Earlier this week, my interest was piqued when I read an article by a colleague, Dennis Kiker, titled, "I want an E-Discovery Lawyer for my E-Discovery Project". He explains what his concept of a law firm e-discovery lawyer is; to him.
In the corporate world, I'm experiencing something quite different in the clear evolution of what many companies seem to want in an e-Discovery Lawyer these days; a combination of e-Discovery and Security in a single function. Think about it. It actually makes sense. In theory, both jobs involve protection, but I bifurcate them between protection by technology and protection by individuals (notice, I didn't say 'of technology' and 'of individuals').
That's how I broke out the subject for the State Bar's upcoming book. It's one thing for individuals to develop strategies to protect corporate assets via software, firewalls and other security protocols. It's quite another for individuals to be aware of the security risks that surround them 24 hours a day.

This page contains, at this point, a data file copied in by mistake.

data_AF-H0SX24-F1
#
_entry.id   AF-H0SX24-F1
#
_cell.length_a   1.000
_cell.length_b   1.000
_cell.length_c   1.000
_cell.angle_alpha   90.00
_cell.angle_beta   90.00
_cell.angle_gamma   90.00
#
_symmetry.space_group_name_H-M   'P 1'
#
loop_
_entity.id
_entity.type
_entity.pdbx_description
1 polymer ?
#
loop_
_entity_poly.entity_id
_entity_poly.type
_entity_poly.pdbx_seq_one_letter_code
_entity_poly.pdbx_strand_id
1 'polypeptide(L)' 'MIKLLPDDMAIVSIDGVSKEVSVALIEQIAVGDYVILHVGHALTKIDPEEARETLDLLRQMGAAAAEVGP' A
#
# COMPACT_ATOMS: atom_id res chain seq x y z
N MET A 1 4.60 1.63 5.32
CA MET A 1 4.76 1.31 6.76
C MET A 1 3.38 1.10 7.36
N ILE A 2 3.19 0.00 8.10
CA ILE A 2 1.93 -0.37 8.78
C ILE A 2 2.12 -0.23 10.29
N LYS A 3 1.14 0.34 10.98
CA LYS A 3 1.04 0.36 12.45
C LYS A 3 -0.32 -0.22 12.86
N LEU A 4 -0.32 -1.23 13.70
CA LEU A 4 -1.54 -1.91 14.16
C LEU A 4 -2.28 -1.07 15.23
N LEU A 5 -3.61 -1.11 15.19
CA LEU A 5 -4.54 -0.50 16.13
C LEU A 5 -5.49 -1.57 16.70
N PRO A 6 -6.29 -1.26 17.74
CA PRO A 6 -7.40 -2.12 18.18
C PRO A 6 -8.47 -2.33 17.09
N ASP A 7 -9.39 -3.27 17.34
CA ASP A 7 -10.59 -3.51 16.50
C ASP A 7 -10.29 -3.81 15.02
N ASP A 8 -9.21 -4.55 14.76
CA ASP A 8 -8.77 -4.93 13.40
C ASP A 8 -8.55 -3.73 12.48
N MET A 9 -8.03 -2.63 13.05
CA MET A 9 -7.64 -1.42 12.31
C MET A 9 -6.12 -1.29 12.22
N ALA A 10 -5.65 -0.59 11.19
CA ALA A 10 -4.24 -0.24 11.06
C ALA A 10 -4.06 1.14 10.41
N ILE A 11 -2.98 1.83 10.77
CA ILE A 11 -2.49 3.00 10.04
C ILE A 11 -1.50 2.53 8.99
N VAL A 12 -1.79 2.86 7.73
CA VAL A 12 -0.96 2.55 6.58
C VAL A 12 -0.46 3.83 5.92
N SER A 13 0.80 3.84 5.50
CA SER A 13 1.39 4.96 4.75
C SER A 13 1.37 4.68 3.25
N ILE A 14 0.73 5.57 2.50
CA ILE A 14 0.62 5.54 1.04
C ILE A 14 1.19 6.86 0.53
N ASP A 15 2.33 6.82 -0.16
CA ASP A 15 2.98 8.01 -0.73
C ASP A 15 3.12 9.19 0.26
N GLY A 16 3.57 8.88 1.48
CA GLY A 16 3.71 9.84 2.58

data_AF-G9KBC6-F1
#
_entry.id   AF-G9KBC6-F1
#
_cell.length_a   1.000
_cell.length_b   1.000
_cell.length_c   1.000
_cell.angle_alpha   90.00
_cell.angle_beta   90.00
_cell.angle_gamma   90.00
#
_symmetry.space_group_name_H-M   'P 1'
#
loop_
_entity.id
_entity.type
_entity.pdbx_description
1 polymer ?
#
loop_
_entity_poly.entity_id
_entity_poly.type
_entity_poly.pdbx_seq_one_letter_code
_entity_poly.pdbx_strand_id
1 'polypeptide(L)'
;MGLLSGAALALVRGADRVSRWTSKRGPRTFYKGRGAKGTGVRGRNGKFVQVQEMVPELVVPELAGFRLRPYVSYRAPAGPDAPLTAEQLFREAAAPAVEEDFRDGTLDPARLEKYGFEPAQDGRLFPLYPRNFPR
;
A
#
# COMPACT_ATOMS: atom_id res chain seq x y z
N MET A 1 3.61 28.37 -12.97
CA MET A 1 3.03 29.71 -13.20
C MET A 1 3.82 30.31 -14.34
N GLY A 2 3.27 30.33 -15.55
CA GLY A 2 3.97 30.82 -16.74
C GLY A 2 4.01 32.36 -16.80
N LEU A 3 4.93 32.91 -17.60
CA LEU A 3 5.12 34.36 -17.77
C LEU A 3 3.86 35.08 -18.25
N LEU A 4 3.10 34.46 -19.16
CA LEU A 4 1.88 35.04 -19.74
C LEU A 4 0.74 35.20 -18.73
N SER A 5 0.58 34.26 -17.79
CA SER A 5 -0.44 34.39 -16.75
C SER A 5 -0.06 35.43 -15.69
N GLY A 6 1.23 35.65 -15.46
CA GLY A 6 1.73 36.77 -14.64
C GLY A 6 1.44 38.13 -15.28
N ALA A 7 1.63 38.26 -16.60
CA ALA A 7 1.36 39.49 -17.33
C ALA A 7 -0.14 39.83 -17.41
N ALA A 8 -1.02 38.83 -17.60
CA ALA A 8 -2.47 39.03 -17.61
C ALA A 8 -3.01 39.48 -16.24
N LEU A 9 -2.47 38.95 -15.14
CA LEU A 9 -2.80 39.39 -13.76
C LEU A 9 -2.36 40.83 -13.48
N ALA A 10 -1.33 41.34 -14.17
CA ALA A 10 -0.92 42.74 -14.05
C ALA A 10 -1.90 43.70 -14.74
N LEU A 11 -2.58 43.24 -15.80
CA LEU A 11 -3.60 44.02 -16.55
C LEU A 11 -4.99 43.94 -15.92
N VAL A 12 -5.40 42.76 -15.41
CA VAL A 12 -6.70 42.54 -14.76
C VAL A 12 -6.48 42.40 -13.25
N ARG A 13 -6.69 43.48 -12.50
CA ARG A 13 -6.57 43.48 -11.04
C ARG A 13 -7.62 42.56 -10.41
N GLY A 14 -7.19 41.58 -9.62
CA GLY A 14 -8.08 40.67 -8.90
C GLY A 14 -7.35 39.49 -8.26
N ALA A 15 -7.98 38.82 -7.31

Unfortunately, all that stealth goes out the window if those same individuals don't adhere to stringent personal privacy protocols. Otherwise, the next thing you know, your company iPhone is sitting on a bar counter somewhere, next to your empty marguerita tumbler – and you're already on your way home.
e-Discovery Attorney as Project Manager? Definitely. e-Discovery Attorney as CyberSecurity Guru? Well, let's just say, I'm glad I have 20+ years of world-wide LAN/WAN experience under my belt…